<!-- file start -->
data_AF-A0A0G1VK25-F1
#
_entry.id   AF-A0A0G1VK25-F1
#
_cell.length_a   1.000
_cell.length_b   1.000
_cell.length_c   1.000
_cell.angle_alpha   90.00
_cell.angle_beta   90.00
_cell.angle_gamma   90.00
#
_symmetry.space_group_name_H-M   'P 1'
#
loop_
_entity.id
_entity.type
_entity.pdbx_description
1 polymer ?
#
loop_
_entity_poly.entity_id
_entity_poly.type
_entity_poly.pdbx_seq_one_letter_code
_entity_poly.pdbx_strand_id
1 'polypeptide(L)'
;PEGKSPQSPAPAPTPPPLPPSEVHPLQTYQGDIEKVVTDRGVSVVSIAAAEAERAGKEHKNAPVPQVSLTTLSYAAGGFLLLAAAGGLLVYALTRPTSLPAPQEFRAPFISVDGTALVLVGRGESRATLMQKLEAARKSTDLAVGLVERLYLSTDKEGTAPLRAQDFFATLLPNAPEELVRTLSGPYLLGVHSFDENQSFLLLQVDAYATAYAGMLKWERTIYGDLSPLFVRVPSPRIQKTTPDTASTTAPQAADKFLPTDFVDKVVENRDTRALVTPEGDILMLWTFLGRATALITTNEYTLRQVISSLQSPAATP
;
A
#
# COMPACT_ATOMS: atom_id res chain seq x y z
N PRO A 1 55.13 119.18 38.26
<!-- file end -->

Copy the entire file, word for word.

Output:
data_AF-A0A0G1VK25-F1
#
_entry.id   AF-A0A0G1VK25-F1
#
_cell.length_a   1.000
_cell.length_b   1.000
_cell.length_c   1.000
_cell.angle_alpha   90.00
_cell.angle_beta   90.00
_cell.angle_gamma   90.00
#
_symmetry.space_group_name_H-M   'P 1'
#
loop_
_entity.id
_entity.type
_entity.pdbx_description
1 polymer ?
#
loop_
_entity_poly.entity_id
_entity_poly.type
_entity_poly.pdbx_seq_one_letter_code
_entity_poly.pdbx_strand_id
1 'polypeptide(L)'
;PEGKSPQSPAPAPTPPPLPPSEVHPLQTYQGDIEKVVTDRGVSVVSIAAAEAERAGKEHKNAPVPQVSLTTLSYAAGGFLLLAAAGGLLVYALTRPTSLPAPQEFRAPFISVDGTALVLVGRGESRATLMQKLEAARKSTDLAVGLVERLYLSTDKEGTAPLRAQDFFATLLPNAPEELVRTLSGPYLLGVHSFDENQSFLLLQVDAYATAYAGMLKWERTIYGDLSPLFVRVPSPRIQKTTPDTASTTAPQAADKFLPTDFVDKVVENRDTRALVTPEGDILMLWTFLGRATALITTNEYTLRQVISSLQSPAATP
;
A
#
# COMPACT_ATOMS: atom_id res chain seq x y z
N PRO A 1 55.13 119.18 38.26